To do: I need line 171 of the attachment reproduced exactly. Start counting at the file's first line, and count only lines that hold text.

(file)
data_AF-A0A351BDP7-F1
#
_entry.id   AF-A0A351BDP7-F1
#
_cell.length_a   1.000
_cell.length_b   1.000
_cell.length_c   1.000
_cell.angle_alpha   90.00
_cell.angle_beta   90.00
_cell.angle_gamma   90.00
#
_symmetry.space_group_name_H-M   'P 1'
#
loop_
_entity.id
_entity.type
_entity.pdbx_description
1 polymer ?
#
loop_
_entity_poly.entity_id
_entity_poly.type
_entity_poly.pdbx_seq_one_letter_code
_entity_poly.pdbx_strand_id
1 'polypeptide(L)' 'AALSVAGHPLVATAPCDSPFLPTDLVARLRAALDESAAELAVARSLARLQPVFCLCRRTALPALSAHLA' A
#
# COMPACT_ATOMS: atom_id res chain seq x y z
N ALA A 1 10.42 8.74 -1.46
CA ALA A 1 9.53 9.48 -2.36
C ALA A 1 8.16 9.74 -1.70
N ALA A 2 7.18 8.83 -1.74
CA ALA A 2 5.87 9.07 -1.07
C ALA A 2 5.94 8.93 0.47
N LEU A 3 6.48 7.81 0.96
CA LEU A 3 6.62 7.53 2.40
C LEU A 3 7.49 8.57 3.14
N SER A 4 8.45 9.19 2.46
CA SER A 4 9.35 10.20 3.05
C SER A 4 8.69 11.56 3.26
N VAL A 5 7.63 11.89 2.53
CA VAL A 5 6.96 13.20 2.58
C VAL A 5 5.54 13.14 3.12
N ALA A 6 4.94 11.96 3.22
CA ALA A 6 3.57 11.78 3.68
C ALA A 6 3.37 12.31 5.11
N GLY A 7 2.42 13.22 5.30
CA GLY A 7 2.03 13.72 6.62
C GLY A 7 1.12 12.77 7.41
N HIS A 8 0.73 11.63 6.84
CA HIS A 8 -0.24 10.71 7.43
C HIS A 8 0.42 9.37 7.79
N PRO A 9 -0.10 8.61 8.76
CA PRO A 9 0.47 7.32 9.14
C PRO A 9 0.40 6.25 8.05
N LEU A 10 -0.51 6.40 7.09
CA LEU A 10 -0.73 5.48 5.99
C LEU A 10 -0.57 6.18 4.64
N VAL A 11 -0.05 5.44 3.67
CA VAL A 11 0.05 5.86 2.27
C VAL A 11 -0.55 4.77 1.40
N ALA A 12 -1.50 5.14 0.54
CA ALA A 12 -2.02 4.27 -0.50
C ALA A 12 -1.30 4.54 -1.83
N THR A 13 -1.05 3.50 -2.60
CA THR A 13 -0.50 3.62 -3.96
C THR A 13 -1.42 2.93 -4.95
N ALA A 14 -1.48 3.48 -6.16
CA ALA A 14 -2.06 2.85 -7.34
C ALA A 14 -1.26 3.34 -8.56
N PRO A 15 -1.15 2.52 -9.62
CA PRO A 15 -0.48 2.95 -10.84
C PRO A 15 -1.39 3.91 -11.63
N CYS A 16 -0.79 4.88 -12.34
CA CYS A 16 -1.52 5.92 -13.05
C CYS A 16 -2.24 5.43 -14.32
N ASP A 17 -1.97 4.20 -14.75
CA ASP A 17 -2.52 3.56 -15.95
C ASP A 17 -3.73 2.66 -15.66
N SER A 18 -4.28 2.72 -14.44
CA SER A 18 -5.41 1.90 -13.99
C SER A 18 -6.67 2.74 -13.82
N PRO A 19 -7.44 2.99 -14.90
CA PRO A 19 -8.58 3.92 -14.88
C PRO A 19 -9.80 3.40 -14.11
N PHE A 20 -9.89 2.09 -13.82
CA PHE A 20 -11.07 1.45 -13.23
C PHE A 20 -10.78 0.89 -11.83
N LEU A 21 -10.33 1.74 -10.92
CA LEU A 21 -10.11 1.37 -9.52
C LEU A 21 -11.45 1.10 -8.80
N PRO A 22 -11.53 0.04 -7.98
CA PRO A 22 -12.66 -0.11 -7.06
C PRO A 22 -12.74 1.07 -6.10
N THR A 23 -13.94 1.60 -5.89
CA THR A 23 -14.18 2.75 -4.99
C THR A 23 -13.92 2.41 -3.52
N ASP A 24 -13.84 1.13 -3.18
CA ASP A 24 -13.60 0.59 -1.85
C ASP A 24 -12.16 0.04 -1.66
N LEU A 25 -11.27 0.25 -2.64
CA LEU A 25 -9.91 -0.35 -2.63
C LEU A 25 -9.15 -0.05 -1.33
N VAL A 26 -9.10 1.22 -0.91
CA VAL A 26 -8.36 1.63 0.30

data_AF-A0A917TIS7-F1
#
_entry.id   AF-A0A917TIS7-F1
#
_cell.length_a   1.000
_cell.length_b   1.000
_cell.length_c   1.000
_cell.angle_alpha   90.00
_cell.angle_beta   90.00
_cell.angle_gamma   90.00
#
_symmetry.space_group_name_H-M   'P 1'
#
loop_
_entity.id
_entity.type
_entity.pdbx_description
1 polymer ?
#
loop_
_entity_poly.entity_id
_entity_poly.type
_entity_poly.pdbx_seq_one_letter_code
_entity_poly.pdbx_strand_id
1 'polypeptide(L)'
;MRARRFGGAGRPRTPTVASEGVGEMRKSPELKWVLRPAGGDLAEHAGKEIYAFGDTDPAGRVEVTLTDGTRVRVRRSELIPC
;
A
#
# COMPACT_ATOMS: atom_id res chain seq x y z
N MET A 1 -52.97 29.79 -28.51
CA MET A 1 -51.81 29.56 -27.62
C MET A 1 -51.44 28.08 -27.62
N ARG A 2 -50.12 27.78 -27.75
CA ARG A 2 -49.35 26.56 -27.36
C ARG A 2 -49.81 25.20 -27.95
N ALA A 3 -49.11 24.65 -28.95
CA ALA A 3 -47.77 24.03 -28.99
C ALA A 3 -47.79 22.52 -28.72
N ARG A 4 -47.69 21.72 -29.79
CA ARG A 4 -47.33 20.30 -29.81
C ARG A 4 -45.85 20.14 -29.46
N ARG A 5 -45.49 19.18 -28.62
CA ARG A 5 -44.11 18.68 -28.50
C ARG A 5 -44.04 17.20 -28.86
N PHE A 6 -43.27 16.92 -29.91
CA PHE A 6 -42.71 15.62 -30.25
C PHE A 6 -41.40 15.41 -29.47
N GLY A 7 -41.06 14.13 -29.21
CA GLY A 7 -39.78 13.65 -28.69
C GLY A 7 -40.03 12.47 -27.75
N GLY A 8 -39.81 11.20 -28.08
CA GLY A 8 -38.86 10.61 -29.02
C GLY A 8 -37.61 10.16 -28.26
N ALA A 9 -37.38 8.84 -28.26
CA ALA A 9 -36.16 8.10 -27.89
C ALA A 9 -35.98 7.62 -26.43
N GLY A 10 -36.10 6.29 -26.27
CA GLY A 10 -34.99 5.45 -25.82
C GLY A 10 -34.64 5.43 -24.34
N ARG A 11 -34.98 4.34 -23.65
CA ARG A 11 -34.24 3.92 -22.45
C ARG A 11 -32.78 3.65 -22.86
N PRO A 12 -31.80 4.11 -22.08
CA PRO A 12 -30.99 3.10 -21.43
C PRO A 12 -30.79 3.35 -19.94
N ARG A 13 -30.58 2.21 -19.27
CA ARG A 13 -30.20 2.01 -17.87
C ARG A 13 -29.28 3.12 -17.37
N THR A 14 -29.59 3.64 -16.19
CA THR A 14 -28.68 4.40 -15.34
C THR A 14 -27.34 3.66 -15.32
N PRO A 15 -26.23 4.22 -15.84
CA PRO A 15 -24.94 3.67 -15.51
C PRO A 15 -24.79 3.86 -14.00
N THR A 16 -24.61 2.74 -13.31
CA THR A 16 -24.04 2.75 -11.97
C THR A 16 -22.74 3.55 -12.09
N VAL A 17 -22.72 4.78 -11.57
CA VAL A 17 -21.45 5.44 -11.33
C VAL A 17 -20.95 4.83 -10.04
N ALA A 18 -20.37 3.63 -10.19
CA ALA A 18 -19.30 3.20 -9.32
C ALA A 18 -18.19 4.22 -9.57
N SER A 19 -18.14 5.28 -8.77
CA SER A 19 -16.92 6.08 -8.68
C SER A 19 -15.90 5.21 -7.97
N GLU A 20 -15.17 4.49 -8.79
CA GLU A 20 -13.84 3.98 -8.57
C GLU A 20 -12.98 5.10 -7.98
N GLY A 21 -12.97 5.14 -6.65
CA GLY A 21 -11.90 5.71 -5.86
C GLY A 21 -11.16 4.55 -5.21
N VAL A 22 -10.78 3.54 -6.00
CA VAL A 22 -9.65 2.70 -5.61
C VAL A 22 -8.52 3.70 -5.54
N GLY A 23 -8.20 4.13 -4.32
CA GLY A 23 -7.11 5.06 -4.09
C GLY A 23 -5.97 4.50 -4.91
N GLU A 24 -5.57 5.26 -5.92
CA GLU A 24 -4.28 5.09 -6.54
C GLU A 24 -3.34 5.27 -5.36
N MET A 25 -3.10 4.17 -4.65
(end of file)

N ARG A 13 -30.58 2.21 -19.27